inc or vmesh.node#.MY.ROTX.ROTZ.value labels: UX.FZ.ROTX.MX.UY.value labels: UX.FZ.UZ.value labels: FX.vol2.e.MX.vol1.kp#.ROTY.kp#.label.value labels: FX.line#.ALL dl.vmesh Sets & Selection mesh volume(s) vmesh.label.MY.UY.FY.label.label.MZ ksel nsel lsel asel nsla allsel select a subset of keypoints select a subset of nodes select a subjset of lines select a subset of areas select nodes within selected area(s) select everything i. reset selection defines a DOF constraint on a keypoint Constraints dk d defines a DOF constraint on a node defines (anti)symmetry DOF constraints on a line defines a dl Loads fk f defines a force at a node .ALL d.all see online help see online help see online help see online help see online help allsel dk.UZ.area#. ASYM (antisymmetry) fk.ROTY.FY.MZ f.node#.ROTZ.label labels: SYMM (symmetry).

but it does illustrate some of the "programming features" of the ANSYS command language.0.GT. ! /PREP7 ! preprocessor phase ! x1 = 5 ! define some parameters x2 = 10 *ask. It illustrates: q Advanced Tutorials PostProc Tutorials Radiation q q q entering parameters (variables) prompting the user for parameters performing calculations with paramaters.2. shows some of the commonly used programming features in the ANSYS command file language known as ADPL (ANSYS Parametric Design Language).x2.1. TUTORIALS COMMAND LINE FILES PRINTABLE VERSION ANSYS Command File Programming Features The following ANSYS command listing.x1.ndivs+1.1 ! do i = 1.0 *ENDIF Contributions Comments MecE 563 Mechanical Engineering University of Alberta ANSYS Inc. ndivs + 1 (in steps of one) x = x1 + dx*(i-1) k. note that the syntax and functions are similar to FORTRAN control structures r if .ndivs.then .else .THEN ! if "ndivs" is greater than "1" dx = (x2-x1)/ndivs *DO.0. if only is entered.ndivs.0 k.i.0.0 *ENDDO *ELSE k.Enter number of divisions (default 5).endif r looping Index This example file does not do anything really useful in itself besides generate keypoints along a line.1. Copyright © 2001 University of Alberta .1.i.UofA ANSYS Tutorial Creating Files Features Basic Tutorials Intermediate Tutorials ANSYS UTILITIES BASIC TUTORIALS INTERMEDIATE TUTORIALS ADVANCED TUTORIALS POSTPROC.x. a default of "5" is used ! *IF.5 ! ! the above command prompts the user for input to be entered into the ! variable "ndivs".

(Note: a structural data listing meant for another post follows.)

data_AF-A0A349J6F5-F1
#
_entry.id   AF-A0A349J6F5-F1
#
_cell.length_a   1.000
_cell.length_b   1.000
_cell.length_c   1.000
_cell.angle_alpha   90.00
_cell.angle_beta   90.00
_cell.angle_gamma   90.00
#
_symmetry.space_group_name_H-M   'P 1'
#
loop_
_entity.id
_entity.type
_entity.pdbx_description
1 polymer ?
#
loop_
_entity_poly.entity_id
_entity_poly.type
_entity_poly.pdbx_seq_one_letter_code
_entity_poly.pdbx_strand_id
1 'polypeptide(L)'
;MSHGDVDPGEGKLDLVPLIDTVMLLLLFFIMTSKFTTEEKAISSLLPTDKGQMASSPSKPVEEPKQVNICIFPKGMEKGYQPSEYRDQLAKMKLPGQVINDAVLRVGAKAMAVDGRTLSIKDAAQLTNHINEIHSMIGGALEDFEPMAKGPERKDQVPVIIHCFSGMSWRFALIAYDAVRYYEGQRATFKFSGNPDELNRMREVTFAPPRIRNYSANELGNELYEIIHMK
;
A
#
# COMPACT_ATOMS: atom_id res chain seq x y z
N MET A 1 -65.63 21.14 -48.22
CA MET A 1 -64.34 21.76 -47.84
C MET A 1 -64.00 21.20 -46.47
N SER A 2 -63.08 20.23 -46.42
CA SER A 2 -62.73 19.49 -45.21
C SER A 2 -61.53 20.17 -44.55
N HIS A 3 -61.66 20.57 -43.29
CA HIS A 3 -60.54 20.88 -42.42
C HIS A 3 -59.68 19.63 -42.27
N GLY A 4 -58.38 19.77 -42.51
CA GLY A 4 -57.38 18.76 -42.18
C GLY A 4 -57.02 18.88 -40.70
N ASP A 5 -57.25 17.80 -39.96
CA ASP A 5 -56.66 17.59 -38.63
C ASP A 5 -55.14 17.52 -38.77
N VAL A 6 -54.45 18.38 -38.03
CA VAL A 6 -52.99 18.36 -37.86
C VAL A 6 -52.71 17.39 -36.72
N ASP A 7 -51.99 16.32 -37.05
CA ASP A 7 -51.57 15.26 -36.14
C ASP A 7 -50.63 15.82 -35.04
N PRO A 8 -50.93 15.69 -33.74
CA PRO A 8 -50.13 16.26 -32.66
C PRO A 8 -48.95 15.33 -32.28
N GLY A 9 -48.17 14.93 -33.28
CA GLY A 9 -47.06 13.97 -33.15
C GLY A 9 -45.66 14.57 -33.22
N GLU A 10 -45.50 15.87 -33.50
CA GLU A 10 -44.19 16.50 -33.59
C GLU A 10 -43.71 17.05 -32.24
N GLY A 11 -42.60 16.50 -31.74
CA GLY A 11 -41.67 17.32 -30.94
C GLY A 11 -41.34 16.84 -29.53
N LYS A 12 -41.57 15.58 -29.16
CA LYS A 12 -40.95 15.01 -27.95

coord ! turn keypoint numbering on ! plot keypoints ! list all keypoints with coordinates .all.1 kplot klist..kp..! /pnum.

UofA ANSYS Tutorial Creating Files Features ANSYS UTILITIES BASIC TUTORIALS INTERMEDIATE TUTORIALS ADVANCED TUTORIALS POSTPROC. plane stress and uniform pressure loading will be introduced in the creation and analysis of this 2-Dimensional object. ANSYS 7. Copyright © 2001 University of Alberta . Boolean operations. This tutorial will introduce techniques such as filleting. extrusion. Bicycle Space Frame Plane Stress Bracket Index Solid Modeling Contributions Comments MecE 563 Mechanical Engineering University of Alberta ANSYS Inc. copying and working plane orienation to create 3-Dimensional objects. Intermediate ANSYS functions will be shown in detail to provide you with a more general understanding of how to use ANSYS.0 was used to create all of these tutorials Basic Tutorials Intermediate Tutorials Advanced Tutorials PostProc Tutorials Radiation Two Dimensional Truss Basic functions will be shown to provide you with a general knowledge of command line codes. TUTORIALS COMMAND LINE FILES PRINTABLE VERSION Command Line Tutorials (Basic Tutorials) The following documents contain the command line code for the Basic Tutorials.

.